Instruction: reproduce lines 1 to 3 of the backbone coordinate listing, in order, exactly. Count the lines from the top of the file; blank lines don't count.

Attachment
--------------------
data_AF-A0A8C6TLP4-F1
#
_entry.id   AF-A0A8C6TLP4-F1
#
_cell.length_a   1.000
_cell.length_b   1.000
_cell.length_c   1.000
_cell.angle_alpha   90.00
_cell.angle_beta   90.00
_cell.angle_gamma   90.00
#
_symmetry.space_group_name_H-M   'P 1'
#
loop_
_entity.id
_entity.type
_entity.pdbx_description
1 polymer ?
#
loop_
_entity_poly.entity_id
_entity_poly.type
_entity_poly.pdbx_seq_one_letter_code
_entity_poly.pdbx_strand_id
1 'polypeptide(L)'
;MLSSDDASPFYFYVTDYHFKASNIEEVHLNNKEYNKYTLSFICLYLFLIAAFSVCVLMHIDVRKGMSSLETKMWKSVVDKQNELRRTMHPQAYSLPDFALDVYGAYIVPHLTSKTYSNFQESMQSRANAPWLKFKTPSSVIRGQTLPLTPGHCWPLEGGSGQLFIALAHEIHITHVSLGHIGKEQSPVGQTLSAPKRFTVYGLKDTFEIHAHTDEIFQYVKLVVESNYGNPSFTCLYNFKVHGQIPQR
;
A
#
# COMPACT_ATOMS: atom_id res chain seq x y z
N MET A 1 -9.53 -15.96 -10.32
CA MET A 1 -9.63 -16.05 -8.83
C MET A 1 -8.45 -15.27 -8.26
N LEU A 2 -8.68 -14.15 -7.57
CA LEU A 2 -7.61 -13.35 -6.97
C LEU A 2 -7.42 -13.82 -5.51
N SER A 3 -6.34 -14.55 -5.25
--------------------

data_AF-A0A8C6TLP4-F1
#
_entry.id   AF-A0A8C6TLP4-F1